The addition of a water feature will certainly improve the atmosphere of a garden, but not just any water feature will do, to bring out the best in your garden, it’s important to choose a fountain that complements it. Make sure to consider the design and material of the fountain since these elements not only affect the overall look of the space, they also determine the weight and durability of the piece.

To help you narrow down your options, here are some of the common materials garden fountains are made of and the pros and cons of using each.

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  1. Cast Stone Fountains

Water fountains made of cast stone are durable and versatile; they simply last for a long time. These are made of hardened concrete that has been molded to simulate the look and texture of natural stone. Cast stone fountains are best added to gardens that have the appearance of a verdant forest or one that’s been inspired by traditional Asian designs. The seemingly natural look of the fountain enhances the atmosphere of the garden, allowing people to feel as if they’re deep in the heart of the forest even if they’re really only a few steps away from the comfort of their home.

While a cast stone fountain looks heavy, it’s pretty lightweight. This makes it easy for owners to place or change the location of the fountain and store it in a safe place for winter. The latter is pretty important since cast stones are weak to cold. They can easily crack or break after they’ve been exposed to low temperatures. Once the season starts, you can completely drain your cast stone fountain of water and move it inside your garage or shed for safekeeping.

  1. Ceramic Fountains

Small gardens may have limited space, but they can still have enough room for a small water feature. Fountains made of ceramic come in all sizes, and they can definitely improve the look of any green space. This type of fountain is self-contained and can be placed in any safe surface, such as a deck or patio. Unlike cast stone fountains that evoke the idea of getting lost in the forest, ceramic fountains help create an intimate space for relaxation. Most ceramic fountains are made of terracotta or glazed ceramic. Many people also opt to design their own fountain by converting old pottery.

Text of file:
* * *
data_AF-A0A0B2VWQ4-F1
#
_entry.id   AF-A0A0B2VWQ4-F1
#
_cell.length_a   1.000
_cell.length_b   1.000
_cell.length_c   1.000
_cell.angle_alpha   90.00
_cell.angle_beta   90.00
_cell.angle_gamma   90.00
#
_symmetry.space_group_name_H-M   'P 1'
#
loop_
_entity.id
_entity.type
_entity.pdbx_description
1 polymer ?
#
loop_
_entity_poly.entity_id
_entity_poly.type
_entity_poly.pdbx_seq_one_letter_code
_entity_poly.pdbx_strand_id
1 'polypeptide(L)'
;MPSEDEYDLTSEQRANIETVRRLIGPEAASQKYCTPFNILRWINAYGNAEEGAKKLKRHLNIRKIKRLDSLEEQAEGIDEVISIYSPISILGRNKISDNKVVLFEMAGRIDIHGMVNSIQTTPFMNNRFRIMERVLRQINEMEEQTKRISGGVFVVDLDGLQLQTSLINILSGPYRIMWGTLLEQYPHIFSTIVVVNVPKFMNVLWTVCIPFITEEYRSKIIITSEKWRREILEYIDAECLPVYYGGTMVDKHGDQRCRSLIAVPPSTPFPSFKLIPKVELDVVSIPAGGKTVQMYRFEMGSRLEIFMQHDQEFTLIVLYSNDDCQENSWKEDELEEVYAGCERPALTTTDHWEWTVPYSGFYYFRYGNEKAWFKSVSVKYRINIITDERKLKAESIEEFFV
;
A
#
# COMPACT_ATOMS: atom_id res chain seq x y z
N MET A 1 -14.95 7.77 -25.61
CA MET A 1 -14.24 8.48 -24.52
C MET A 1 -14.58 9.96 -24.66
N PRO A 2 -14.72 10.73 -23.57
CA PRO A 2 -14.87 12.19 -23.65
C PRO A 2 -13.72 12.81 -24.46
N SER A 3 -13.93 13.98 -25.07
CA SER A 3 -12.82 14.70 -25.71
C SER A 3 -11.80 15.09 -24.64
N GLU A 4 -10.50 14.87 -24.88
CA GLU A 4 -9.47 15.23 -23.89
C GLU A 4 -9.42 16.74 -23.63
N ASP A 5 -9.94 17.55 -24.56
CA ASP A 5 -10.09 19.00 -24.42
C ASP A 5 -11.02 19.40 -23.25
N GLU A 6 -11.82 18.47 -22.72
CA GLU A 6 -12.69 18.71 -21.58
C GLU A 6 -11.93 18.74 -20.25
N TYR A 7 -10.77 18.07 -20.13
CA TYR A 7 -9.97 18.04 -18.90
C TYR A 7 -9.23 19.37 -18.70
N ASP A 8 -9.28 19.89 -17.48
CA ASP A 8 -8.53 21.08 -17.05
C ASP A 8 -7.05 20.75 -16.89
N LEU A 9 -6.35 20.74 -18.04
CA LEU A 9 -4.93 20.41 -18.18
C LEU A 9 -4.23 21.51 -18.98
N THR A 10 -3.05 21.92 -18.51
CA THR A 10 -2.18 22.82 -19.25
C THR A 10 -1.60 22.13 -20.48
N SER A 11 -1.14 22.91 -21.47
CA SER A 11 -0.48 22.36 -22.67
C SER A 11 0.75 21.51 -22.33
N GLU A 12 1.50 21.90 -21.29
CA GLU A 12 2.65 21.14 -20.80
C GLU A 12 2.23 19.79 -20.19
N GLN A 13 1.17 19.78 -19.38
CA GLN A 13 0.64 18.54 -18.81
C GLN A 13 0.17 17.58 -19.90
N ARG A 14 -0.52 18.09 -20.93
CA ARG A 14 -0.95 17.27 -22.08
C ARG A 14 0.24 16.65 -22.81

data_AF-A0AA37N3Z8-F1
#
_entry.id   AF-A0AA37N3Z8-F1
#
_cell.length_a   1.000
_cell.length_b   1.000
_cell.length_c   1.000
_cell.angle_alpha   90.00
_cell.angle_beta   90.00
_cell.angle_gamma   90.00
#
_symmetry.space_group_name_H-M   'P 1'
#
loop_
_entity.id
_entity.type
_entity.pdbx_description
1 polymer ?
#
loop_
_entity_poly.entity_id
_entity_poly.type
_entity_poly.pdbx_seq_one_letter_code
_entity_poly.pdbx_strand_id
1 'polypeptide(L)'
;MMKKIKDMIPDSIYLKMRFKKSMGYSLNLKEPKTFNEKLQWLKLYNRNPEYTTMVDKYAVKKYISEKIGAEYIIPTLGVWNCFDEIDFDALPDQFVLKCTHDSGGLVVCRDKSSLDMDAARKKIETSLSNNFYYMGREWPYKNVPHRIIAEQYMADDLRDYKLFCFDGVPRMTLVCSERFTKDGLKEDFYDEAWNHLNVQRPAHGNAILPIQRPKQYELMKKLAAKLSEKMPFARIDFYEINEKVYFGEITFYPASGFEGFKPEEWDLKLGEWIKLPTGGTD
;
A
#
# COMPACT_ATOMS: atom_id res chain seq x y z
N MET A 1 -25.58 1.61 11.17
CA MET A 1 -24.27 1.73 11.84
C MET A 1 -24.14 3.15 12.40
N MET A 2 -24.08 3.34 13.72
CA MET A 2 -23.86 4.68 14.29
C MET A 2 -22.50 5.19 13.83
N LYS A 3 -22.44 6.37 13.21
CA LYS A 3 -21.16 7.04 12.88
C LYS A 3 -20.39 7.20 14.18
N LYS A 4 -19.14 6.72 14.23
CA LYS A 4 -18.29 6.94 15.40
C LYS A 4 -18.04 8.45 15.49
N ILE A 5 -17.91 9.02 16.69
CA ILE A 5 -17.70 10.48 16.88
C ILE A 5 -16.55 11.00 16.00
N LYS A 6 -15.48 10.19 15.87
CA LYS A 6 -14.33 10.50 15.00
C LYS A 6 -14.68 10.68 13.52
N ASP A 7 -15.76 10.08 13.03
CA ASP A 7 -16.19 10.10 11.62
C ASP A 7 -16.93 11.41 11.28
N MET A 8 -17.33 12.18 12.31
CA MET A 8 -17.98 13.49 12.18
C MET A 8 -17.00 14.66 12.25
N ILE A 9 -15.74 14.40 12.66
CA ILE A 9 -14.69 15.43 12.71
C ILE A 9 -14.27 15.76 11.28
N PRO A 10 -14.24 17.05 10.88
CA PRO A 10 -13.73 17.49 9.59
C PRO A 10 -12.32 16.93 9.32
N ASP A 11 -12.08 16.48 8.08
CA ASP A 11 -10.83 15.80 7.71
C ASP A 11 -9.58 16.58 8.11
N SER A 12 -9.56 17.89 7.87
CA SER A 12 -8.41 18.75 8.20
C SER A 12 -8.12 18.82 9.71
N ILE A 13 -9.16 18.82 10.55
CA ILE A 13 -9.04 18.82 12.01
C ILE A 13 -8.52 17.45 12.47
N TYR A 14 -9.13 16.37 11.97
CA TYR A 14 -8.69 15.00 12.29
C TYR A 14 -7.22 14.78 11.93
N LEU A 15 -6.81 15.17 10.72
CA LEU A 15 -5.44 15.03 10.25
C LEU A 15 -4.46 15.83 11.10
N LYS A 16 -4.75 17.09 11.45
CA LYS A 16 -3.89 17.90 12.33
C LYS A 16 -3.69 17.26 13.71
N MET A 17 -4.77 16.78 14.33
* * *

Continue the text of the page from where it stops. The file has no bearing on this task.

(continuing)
1. Metal Fountains

Metal fountains are pretty heavy ­— they can easily weigh up to 90 kilos. Their formidable weight is often accompanied by a distinct look that reminds one of an Italian courtyard. The timeless look of a metal fountain makes it a perfect addition to formal gardens where events are typically held.  Most of these fountains are decorated with elaborate statues of people and animals and are usually made with bronze, copper, steel, and aluminum.

Prized for their durability, these metal works are durable and enduring. But overtime, the surface of a metal fountain changes color, which can be a blessing or a bane depending on your perspective. Bronze and copper fountains oxidize and develop a green patina finish. This appearance can add even more character to your garden. If you prefer the original look, though, you can keep the fountain looking new by cleaning and maintaining it regularly.

  1. Plastic Fountains

Fountains made of plastic are also growing in popularity. These pieces are often labeled as plastic, resin, or polyresin, and they’re quite inexpensive and easy to mass produce. Since they’re pretty light, shipping and moving them around the house is almost never a problem. The downside is this: plastic fountains don’t age well. They are prone to fading, peeling, and cracking with prolonged sun exposure. Moreover, the quality of the sound they produce is incredibly low and the hollow construction is a nightmare if you live in a windy area.

But the more important consideration here is the environmental impact of plastic water fountains. Cheap resin is an environmental hazard. Its production, transportation, and disposal contribute to pollution. You are better off buying water fountains made of other materials that are more sustainable, friendlier to the environment, and have a longer lifespan.

Look at your garden and take special note of the available space in it, the climate, as well as the current arrangement of the plants. Considering all these, which material should your new water fountain be made of?

Author: Cassey Hathaway

2 thoughts on “4 Common Materials Used for Garden Fountains: Guest Post”

  1. I am looking for a tiered fountain for my pond with fish. The one I had lasted almost 20 years. We get a lot of sun and wind when there is a storm. I would like one I ca leave out all year. I want either a gray or off white.
    I ordered a resin one and it came broken. The place I ordered it from offered to replace it but I was afraid it was to lightweight. Can you give me some suggestions. I just got a new pump and uv light and no fountain.

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